Creativity can exist without intelligence

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Everyone has it, more or less: intelligence. But even intelligent researchers find it difficult: What exactly does the term “intelligence” actually mean?

Scientific supervision: Dr. Alexander Soutschek

Published: 03/25/2014

Level: medium

    Intelligence is the general ability to process information efficiently. A really precise and at the same time concise definition does not exist - apart perhaps from the definition by the US psychologist Edwin Boring from 1923: "Intelligence is what an intelligence test measures." The problem of definition is, of course, shifted to the test.
  • A majority of intelligence researchers see intelligence as a uniform factor (“general factor” or g) that comes to light in a large number of tasks and has a decisive influence on how well a test person solves these tasks. This general factor is reflected in the IQ.
  • What a more detailed model of intelligence looks like and what influences and how it affects intelligence have been intensely discussed research questions for more than a hundred years. In the meantime, neurobiological correlates of intelligence are also being sought. We now know that the frontal and parietal cortex play a decisive role
  • Intelligence is “start-up capital”: it is of great importance for the professional and general success of the individual as well as for the well-being of society. But intelligence also wants to be developed, which in turn makes society responsible.
Intelligence as a "construct"

The term “construct” stands for a variable that cannot be directly observed, but has to be derived (“constructed”) from other measurable variables. Typical examples of constructs are personality traits such as intelligence: First of all, only the answers to certain questions or the number of points achieved when solving certain tasks can be measured. If they are available from a large number of people, the mathematical-statistical method of factor analysis can then be applied to such measured values. The aim is to find out the underlying “factors” (also: “latent variables”) that the people describe from the multitude of measured values. With regard to intelligence tests, Charles Spearman found out as early as the 1920s that the performance of a test participant in tasks of different types and from different areas (linguistic, mathematical, spatial-visual skills) for the most part is based on a single variable, the "general factor" , can be derived - precisely the individual intelligence, which as a construct unites the various associated aspects.

As is so often the case with abstract terms: when we hear or read the word “intelligence”, we know what is meant. We can also relatively reliably identify people or actions that are clever as intelligent. However, if we are to give a definition, it will be difficult. Perhaps we can think of terms with more or less similar meanings. But to get to the point briefly and precisely what it means to be intelligent: That is difficult for us.

So are we intelligent enough to define intelligence at all?

Actually already. But there is a problem: Terms such as stupidity or intelligence are “very concise and have a vague edge”, as the biologist and psychologist Ernst Pöppel put it in an interview at the beginning of 2014: Everyone knows what we are talking about, but an exact definition is impossible. The same difficulty is expressed when intelligence is described as a “collective term” for various aspects of cognitive performance or as a “construct” (see Key points in brief).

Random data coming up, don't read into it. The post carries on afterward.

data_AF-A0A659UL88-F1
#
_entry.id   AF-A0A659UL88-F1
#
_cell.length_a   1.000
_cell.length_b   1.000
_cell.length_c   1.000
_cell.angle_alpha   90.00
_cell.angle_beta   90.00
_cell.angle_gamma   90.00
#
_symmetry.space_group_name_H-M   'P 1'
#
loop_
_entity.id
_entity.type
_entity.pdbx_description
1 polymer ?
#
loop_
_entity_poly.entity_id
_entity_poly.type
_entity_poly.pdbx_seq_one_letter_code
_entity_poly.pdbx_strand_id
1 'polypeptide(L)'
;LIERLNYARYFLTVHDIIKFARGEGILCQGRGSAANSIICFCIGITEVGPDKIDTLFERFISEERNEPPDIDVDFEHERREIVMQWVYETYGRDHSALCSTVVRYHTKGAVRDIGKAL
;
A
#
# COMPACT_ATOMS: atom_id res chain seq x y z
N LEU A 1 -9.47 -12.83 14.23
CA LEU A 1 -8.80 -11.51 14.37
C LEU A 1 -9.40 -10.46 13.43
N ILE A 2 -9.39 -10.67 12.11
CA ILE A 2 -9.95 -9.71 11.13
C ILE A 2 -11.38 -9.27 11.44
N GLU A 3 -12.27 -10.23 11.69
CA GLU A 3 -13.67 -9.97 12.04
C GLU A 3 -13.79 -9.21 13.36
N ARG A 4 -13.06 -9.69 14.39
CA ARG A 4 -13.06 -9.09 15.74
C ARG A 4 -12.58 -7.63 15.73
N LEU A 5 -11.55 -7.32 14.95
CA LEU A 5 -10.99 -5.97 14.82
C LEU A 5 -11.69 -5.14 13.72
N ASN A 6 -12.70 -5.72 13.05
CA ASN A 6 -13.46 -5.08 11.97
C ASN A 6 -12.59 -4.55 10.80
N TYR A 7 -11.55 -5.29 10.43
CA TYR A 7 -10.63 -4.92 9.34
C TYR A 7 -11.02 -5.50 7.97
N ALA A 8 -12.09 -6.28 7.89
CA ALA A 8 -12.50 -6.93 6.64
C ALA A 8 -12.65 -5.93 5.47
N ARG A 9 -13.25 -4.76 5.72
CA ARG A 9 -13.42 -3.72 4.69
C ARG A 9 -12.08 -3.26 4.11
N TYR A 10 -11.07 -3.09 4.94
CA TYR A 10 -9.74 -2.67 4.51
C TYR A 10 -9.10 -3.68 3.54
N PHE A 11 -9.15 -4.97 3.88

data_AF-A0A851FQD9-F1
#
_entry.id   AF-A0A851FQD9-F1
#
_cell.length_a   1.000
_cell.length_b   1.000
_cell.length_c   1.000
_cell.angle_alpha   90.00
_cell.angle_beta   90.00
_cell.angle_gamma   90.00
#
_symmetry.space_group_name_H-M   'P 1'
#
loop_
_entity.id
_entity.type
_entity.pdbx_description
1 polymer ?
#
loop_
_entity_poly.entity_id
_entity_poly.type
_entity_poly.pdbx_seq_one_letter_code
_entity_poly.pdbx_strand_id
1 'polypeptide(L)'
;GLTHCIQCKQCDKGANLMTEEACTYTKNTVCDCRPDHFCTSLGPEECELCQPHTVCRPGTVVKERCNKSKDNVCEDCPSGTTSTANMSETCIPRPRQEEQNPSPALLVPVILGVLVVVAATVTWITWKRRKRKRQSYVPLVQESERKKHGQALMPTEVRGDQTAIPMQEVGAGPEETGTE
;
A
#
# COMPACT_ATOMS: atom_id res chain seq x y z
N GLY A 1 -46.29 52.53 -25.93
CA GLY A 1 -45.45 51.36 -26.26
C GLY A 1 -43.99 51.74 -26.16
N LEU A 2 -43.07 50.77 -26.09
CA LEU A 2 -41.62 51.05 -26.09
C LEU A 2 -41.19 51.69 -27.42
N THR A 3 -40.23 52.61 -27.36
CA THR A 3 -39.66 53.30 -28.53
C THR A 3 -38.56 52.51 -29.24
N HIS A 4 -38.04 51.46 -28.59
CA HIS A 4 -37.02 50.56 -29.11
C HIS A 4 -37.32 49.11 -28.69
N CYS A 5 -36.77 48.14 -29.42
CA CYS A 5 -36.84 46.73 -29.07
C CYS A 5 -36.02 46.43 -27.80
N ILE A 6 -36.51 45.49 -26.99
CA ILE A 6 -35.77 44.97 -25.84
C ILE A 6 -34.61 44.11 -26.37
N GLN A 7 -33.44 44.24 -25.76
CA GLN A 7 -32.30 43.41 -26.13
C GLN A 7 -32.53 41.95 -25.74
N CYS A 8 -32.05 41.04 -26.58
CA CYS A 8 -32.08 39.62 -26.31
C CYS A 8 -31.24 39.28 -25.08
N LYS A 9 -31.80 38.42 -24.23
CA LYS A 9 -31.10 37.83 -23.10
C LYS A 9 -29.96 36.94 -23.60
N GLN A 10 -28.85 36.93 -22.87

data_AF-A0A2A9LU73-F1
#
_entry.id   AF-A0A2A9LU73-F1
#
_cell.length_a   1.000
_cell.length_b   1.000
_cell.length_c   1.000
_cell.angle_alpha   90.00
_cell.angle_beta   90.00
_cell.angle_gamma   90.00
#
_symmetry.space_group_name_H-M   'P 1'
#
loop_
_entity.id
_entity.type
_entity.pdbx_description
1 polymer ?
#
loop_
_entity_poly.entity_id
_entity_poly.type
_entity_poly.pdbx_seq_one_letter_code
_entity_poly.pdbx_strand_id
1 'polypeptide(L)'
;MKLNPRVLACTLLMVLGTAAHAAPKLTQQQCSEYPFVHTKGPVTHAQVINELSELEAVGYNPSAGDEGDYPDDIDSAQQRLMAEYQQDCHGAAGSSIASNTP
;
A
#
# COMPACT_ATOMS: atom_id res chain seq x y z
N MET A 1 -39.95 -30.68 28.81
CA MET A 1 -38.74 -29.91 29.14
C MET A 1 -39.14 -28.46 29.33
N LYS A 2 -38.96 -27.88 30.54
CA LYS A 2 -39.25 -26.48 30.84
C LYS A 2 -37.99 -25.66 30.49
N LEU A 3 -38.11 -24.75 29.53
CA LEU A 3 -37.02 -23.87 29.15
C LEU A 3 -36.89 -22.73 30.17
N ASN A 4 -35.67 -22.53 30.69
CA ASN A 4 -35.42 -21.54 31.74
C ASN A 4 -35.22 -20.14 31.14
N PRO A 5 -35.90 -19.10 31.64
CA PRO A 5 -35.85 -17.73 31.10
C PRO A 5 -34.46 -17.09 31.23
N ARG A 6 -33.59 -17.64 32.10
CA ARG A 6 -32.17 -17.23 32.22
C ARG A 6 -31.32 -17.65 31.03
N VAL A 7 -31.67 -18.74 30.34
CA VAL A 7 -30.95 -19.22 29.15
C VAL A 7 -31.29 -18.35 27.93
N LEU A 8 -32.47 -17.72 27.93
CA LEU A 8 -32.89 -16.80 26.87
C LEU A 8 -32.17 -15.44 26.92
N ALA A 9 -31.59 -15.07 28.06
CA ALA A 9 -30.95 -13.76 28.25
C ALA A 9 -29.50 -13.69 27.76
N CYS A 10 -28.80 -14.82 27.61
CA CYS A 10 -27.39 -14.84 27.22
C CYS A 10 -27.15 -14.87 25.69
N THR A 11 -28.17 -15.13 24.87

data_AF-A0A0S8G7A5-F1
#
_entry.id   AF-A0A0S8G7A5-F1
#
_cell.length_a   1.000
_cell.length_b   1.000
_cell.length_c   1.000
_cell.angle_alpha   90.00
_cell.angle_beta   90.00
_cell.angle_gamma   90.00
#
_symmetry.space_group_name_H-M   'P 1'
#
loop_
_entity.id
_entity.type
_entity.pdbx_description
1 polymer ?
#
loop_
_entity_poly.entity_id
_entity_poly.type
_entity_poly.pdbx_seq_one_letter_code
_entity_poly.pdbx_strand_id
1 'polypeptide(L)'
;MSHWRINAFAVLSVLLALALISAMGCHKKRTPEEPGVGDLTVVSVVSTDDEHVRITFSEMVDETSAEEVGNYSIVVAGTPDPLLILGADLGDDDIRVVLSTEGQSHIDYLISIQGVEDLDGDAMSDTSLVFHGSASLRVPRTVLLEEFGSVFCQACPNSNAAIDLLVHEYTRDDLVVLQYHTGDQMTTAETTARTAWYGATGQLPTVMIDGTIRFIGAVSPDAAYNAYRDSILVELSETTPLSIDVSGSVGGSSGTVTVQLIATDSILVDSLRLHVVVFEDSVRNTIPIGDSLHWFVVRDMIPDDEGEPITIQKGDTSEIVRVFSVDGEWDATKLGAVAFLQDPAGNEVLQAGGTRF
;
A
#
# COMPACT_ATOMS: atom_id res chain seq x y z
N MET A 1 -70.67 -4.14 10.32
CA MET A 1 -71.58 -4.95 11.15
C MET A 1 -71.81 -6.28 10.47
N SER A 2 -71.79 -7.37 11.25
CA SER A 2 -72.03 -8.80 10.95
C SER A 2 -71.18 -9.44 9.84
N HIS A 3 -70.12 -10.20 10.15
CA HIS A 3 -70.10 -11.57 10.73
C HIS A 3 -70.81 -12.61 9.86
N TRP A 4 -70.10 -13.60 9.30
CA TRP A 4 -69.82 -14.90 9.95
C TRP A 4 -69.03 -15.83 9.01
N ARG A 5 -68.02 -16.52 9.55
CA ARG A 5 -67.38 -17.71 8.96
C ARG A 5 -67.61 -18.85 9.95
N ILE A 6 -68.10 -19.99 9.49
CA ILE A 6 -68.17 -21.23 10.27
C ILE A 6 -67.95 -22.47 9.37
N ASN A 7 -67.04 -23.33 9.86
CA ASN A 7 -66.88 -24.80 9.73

Definition problem - problem definition

In order to come up with a catchy formula anyway, the US psychologist Edwin Boring came up with the following definition in 1923: “Intelligence is what an intelligence test measures.” That sounds less like a substantial definition than more like a circle definition or an excuse. But for the Marburg intelligence researcher Detlef Rost, Boring's definition makes perfect sense: The term is thus “fairly well defined”, writes Rost in his “Handbuch Intelligence” - provided you specify which intelligence test you mean.

Boring's definition shifts the problem from an abstract term to a concrete measuring process, which experts call "operationalization". This can be helpful in that, based on our intuitive prior understanding of intelligence, one can indeed design intelligence tests. However, the definition is only really meaningful for those who have dealt in detail with the concept and requirements of intelligence tests, as they were originally developed over 100 years ago (more on this in Intelligence in Numbers). And even then it remains difficult: after all, studies have shown, for example, a training effect. This leads to the fact that one scores better and better in repeated IQ tests. Nobody would say that you have actually become more intelligent.

That is why there are many more attempts at definition in the history of intelligence research. The German psychologist William Stern wrote in 1912: “Intelligence is the ability of the individual to consciously adjust his thinking to new demands; it is the general mental adaptability to new tasks and conditions in life. ”The Austrian social psychologist Peter Hofstätter called intelligence in 1966 the“ ability to find order ”and“ ability to find redundancy ”in the world. And the American educational psychologist Linda Gottfredson wrote in 1994 - in an attempt signed by more than 50 specialist colleagues to summarize the scientific consensus (see for further reading): “Intelligence is a very general mental capacity, which - among other things - is the ability to draw conclusions Thinking, for planning, for problem solving, for abstract thinking, for understanding complex ideas, for fast learning and for learning from experience. "